Anderson said that for Halloween, they’re recommending that no one hold large parties, stay home if sick or under quarantine as a contact of a positive case, and to wear masks and distance while trick or treating.
CCHD has said that their guidance for Halloween is to follow the Bullock’s existing directives and recommendations from the U.S. Centers for Disease Control and Prevention.
At this time, the county hasn’t issued more restrictive local measures, but that may change after Wednesday’s health board meeting.
On Oct. 27, Sheriff Jesse Slaughter conducted a Facebook live video from home since he’s quarantined related to COVID-19 and said that there are currently 15 active cases on the state prison side but none left in the county jail side. He said there are more than 250 inmates and staff recovered within the Cascade County Sheriff’s Office.
Local officials have been saying for several weeks now that local medical facilities are full and are asking the public to help reduce the spread of COVID-19 to relieve the strain on healthcare providers.
As of Oct. 26, according to state data, Benefis had 62 COVID-19 patients and 138 non-COVID, leaving 40 available beds. The ICU is full with 17 COVID-19 patients and four non-COVID. There are 15 COVID patients on ventilators and one non-COVID patient, leaving 10 ventilators available.
The four COVID-19 beds available at the Great Falls Clinic are full.
Funds available for COVID-19 relief
A private family foundation has donated $50,000 to United Way of Cascade County’s COVID-19 Response and Recovery Fund to be given as $500 checks to 100 local individuals and families impacted by the coronavirus and economic slowdown that followed.
The foundation, which chooses to stay anonymous, will donate another $50,000 if the community donates a matching amount, which would help a total of 300 households in Cascade County.
Called Essential Funds for Essential Needs, the program is open to anyone living in Cascade County who can demonstrate direct financial hardship due to the current pandemic-related economic conditions. There isn’t an income threshold, but applications will be weighted to prioritize families with children under age 18, minority households and essential workers.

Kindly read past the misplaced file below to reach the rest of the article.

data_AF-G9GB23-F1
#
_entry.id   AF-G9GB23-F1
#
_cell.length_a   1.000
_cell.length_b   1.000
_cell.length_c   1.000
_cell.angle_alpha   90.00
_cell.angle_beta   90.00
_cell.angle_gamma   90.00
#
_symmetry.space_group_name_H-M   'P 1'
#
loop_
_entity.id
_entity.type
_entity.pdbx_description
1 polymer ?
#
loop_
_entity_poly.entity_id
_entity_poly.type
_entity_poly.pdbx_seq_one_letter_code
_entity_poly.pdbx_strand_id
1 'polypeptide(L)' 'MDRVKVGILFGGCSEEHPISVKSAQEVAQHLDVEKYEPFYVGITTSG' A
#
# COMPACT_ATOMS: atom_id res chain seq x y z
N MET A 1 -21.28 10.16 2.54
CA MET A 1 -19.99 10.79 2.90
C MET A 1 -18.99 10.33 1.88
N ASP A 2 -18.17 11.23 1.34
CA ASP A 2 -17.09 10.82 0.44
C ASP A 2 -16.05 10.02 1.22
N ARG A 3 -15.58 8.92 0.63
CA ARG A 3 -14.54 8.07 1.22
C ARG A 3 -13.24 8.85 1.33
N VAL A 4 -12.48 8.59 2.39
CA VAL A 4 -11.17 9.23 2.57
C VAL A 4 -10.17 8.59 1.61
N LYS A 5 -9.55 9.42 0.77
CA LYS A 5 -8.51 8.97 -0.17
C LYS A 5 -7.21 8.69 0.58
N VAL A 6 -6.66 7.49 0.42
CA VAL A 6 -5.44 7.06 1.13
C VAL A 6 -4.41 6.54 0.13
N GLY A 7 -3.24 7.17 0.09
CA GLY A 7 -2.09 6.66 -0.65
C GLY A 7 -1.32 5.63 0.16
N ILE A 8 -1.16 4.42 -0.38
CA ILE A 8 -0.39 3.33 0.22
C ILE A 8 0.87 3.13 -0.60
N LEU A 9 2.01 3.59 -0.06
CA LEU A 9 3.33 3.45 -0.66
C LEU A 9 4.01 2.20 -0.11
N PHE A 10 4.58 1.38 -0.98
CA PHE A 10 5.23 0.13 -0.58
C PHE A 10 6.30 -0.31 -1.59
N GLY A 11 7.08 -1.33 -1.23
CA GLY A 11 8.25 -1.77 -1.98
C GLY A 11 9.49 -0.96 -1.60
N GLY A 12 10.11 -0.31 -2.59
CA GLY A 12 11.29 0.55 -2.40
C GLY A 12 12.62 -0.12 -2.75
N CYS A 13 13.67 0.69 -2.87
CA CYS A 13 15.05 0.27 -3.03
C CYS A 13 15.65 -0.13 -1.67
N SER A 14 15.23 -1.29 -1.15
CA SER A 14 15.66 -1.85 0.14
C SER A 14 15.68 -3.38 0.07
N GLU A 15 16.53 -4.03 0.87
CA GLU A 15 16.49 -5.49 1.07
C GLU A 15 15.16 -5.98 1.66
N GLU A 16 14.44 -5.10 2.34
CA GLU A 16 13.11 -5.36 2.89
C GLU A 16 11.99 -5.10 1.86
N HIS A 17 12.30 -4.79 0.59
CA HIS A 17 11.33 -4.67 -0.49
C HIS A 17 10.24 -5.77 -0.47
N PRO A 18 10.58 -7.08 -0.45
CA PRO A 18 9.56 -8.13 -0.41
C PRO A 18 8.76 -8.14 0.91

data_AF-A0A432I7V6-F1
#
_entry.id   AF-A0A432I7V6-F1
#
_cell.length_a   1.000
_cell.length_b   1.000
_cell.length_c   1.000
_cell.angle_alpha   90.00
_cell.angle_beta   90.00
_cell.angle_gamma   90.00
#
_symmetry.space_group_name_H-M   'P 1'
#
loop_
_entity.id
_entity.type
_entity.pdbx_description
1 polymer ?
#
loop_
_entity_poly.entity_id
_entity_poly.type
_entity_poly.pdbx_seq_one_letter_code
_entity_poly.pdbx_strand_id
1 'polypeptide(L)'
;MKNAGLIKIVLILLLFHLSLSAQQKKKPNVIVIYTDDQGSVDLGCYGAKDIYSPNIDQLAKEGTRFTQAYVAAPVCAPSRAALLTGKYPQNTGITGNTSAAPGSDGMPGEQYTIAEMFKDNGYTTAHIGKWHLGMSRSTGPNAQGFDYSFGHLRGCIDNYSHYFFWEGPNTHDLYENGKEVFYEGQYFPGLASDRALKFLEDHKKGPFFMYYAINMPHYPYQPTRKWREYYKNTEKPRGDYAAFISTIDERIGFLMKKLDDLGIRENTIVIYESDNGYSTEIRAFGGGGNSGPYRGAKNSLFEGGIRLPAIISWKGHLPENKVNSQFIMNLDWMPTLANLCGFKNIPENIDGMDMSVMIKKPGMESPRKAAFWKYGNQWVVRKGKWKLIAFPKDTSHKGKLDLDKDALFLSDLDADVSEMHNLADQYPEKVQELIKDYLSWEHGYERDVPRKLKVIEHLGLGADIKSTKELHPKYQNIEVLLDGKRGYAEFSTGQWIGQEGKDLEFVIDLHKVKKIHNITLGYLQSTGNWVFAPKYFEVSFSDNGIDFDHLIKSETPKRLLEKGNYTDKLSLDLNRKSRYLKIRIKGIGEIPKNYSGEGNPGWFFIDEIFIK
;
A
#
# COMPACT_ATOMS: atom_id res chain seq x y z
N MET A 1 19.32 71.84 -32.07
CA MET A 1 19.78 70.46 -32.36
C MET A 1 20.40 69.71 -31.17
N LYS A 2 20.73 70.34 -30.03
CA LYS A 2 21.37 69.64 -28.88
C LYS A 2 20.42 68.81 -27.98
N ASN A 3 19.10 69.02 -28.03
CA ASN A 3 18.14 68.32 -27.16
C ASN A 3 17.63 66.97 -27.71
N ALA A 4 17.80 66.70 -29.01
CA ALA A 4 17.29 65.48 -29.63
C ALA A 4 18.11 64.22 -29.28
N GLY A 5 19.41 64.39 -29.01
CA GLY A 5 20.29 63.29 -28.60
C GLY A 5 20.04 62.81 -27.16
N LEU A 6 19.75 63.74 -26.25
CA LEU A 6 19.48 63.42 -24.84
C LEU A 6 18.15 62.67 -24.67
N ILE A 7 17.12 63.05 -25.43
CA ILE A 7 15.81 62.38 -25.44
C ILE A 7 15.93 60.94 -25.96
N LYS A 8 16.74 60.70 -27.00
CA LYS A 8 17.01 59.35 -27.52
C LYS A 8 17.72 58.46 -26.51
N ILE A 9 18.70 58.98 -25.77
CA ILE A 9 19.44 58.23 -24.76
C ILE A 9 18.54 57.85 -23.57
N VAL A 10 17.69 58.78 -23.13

While many government programs limit what assistance can be spent on, these private dollars can be spent on families’ greatest needs.
Applications must be dropped off by 4 p.m. Nov. 6, at a secure drop box located at Opportunities Inc., 905 1st Ave. N. Anyone with extenuating circumstances who cannot drop off their application, can call 868-0004.
Opportunities Inc. staff will review all applications before drawing 100 names to be awarded $500. People will be notified if they are to receive the money, which will be given out by Dec. 1.
“We’re calling this program Essential Funds for Essential Needs because our community has many critical needs that aren’t being met right now,” United Way President Gary Owen said in a release. “Many families are struggling, many have seen their paychecks and savings shrink since March. This donation will help 100 families, but we know many more are in need.”
Opportunities Inc. Executive Director Karla Seaman has seen how COVID-19 has impacted Cascade County families as more people are coming in the nonprofits’ doors seeking help paying for food, rent and utilities.
“Many families, particularly essential workers, are struggling to pay increased costs for food and childcare. Others have lost wages while in quarantine. Rent bills that were temporarily on hold are coming due,” she said in a release.
Owen hopes community support will open the doors to hundreds more families being awarded Essential Funds for Essential Needs dollars. The private family foundation is covering all administration costs, so every donated dollar will go to people in need.
Anyone who wants to donate to the Essential Needs for Essential Needs program can go to www.uwccmt.org or can send money to United Way at P.O. Box 1343, Great Falls, 59403.